As he grew older, one thing still frustrated Wagner: his need to find a permanent theatre in which he could produce his operas. Eventually he settled in Bayreuth, a small provincial town midway between Berlin and Munich and in spite of many problems, somehow he managed to raise the money and put on the festival which was successful enough to become a regular fixture even to this day.
Although he suffered several heart attacks, Wagner did live to see his dream come true, that is to say a performance of his cycle: the Ring of the Nibelungen exactly as he had conceived it between the 13th and the 30th of August 1876.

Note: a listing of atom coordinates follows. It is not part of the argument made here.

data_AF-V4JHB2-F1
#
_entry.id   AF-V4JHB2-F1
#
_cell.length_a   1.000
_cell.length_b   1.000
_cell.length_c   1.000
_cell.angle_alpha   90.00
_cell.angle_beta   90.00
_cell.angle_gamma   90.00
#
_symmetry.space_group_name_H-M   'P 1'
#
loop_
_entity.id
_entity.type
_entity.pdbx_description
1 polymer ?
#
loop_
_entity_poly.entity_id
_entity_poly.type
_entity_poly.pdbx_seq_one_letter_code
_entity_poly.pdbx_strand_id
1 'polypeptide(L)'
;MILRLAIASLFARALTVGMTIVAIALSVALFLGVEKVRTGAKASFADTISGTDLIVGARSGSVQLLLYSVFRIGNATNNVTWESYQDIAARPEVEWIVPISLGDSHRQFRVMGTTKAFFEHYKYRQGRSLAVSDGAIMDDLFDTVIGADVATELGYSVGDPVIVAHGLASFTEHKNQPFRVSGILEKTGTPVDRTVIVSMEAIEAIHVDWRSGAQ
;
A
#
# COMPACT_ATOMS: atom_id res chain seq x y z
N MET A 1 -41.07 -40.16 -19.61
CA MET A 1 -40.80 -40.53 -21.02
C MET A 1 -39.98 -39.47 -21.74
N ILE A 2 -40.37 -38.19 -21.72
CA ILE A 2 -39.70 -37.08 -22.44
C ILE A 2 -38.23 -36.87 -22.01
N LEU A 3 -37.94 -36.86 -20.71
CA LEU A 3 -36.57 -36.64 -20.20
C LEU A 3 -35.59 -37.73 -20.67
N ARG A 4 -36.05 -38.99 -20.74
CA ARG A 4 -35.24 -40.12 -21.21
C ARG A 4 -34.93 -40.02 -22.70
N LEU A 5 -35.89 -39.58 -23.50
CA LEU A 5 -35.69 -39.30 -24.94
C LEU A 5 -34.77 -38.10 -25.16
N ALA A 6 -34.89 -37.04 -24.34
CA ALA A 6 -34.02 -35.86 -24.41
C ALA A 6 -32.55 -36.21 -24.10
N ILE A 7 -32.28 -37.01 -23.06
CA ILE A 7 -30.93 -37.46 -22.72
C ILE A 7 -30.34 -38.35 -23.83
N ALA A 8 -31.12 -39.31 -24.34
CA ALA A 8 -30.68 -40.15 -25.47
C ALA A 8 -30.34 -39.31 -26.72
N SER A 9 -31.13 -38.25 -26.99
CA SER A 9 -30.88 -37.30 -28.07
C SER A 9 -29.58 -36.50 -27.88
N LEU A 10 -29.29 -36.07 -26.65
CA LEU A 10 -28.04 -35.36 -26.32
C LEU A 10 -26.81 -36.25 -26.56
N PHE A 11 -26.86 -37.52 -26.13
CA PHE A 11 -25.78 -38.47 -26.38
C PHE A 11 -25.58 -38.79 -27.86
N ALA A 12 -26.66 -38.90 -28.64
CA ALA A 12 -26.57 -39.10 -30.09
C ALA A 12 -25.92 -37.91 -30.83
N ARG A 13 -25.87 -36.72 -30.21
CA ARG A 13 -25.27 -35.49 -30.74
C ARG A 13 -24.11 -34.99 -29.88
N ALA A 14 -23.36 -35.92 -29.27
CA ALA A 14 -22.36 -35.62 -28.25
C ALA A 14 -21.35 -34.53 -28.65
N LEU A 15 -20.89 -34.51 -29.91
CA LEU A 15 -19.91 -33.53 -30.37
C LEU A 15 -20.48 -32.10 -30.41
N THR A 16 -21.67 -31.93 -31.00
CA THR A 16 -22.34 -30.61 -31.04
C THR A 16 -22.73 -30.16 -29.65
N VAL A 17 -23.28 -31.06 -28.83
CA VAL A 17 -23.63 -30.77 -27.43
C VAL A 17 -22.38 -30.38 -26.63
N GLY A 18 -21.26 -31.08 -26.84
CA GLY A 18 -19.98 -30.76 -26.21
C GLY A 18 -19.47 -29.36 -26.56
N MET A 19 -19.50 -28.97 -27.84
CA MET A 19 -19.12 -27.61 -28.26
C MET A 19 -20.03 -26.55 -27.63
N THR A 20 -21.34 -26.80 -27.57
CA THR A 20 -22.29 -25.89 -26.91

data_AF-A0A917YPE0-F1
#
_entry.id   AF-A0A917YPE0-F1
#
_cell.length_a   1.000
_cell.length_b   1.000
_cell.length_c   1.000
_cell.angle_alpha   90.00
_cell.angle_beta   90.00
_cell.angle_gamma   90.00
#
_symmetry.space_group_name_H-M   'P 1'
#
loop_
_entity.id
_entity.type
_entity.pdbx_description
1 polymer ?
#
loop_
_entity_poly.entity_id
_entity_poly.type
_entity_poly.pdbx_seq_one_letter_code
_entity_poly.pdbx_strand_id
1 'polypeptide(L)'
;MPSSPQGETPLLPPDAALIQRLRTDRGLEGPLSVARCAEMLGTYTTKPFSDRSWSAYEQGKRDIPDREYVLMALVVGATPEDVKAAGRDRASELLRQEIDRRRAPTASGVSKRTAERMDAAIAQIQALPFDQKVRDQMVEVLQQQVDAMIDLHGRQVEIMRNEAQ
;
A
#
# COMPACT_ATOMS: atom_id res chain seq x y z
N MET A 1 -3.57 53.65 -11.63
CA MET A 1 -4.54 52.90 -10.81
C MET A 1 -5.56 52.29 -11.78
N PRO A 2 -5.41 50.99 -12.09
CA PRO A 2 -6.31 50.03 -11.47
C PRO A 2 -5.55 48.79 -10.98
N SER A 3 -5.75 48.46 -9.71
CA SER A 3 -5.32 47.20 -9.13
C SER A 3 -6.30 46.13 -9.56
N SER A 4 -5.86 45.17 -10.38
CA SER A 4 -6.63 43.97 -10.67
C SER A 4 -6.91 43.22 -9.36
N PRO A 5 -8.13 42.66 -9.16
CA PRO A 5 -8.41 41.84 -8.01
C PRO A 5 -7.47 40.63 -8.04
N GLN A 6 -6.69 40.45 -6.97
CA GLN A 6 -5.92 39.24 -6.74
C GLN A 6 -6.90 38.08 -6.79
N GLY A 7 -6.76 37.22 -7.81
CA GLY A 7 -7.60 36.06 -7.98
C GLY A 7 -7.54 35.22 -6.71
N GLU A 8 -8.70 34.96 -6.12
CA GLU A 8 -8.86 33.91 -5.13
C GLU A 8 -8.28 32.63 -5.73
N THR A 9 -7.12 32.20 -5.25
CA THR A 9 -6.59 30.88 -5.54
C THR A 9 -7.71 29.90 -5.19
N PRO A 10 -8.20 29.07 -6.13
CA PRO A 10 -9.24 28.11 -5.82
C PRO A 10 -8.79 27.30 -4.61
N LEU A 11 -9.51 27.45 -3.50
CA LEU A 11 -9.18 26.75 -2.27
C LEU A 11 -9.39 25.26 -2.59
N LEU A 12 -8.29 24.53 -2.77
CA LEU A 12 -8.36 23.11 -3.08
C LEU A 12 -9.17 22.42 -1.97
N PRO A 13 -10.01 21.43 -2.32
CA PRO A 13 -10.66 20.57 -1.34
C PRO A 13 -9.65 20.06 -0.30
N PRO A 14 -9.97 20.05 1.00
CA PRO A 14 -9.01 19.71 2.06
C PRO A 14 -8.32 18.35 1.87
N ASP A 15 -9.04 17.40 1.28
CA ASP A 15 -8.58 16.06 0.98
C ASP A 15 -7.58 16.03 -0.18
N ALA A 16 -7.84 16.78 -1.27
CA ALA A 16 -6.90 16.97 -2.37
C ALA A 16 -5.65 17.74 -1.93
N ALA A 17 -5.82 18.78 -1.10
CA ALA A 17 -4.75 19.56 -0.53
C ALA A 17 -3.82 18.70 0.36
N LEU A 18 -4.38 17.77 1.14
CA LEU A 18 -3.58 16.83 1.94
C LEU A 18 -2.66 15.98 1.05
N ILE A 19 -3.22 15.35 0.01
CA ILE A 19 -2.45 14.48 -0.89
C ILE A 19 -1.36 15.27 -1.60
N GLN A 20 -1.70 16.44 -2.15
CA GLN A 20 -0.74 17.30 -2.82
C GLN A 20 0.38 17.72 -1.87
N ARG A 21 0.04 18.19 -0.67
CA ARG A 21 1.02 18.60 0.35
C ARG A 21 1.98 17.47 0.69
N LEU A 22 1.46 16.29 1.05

He completed his last opera: Parsifal in Palermo in January 1882. The legend of Parsifal was also the background for one of Wagner’s earlier works, Lohengrin (left). The libretto for this work draws on a number of other medieval Teutonic legends centred around around the Knights of the Holy Grail. A second Bayreuth Festival was held for Parsifal but by this time. Wagner was extremely ill, having suffered through a series of increasingly severe angina attacks. Incredibly, during the sixteenth and final performance of Parsifal on 29th August, he secretly entered the pit during Act III, took the baton from conductor Hermann Levi, and led the performance to its conclusion.Wagner moved with his family to Ca’ Vendramin Calergi – a C16th palazzo on the Grand Canal in Venice (right) on the 14th of September 1882 intending to write some one movement symphonies but whilst working at his desk on the 13th of February 1883, he had a final fatal heart attack. His body was returned to Bayreuth and he was buried with great ceremony at Wahnfried, his house in Bayreuth where his festival was established and which still endures today – a testament to his single-minded genius and determination.